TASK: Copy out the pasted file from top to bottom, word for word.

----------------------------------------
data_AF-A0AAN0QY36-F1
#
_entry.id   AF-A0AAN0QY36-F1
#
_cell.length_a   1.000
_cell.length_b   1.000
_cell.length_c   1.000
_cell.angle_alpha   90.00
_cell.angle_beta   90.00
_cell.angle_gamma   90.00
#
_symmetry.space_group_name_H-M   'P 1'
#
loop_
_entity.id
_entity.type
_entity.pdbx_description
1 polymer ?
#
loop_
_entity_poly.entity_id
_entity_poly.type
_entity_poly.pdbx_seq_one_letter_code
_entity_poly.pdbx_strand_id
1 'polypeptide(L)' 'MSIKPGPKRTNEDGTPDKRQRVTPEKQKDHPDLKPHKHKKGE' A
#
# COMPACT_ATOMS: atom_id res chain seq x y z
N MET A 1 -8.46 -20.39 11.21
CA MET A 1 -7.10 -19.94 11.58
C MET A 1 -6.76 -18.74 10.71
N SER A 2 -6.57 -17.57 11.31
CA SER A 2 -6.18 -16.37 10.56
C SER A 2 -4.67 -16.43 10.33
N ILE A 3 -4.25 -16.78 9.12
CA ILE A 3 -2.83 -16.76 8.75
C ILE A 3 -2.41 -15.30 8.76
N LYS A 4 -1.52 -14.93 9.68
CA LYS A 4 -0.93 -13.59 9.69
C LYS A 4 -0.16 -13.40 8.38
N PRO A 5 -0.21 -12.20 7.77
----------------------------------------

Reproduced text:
data_AF-A0AAN0QY36-F1
#
_entry.id   AF-A0AAN0QY36-F1
#
_cell.length_a   1.000
_cell.length_b   1.000
_cell.length_c   1.000
_cell.angle_alpha   90.00
_cell.angle_beta   90.00
_cell.angle_gamma   90.00
#
_symmetry.space_group_name_H-M   'P 1'
#
loop_
_entity.id
_entity.type
_entity.pdbx_description
1 polymer ?
#
loop_
_entity_poly.entity_id
_entity_poly.type
_entity_poly.pdbx_seq_one_letter_code
_entity_poly.pdbx_strand_id
1 'polypeptide(L)' 'MSIKPGPKRTNEDGTPDKRQRVTPEKQKDHPDLKPHKHKKGE' A
#
# COMPACT_ATOMS: atom_id res chain seq x y z
N MET A 1 -8.46 -20.39 11.21
CA MET A 1 -7.10 -19.94 11.58
C MET A 1 -6.76 -18.74 10.71
N SER A 2 -6.57 -17.57 11.31
CA SER A 2 -6.18 -16.37 10.56
C SER A 2 -4.67 -16.43 10.33
N ILE A 3 -4.25 -16.78 9.12
CA ILE A 3 -2.83 -16.76 8.75
C ILE A 3 -2.41 -15.30 8.76
N LYS A 4 -1.52 -14.93 9.68
CA LYS A 4 -0.93 -13.59 9.69
C LYS A 4 -0.16 -13.40 8.38
N PRO A 5 -0.21 -12.20 7.77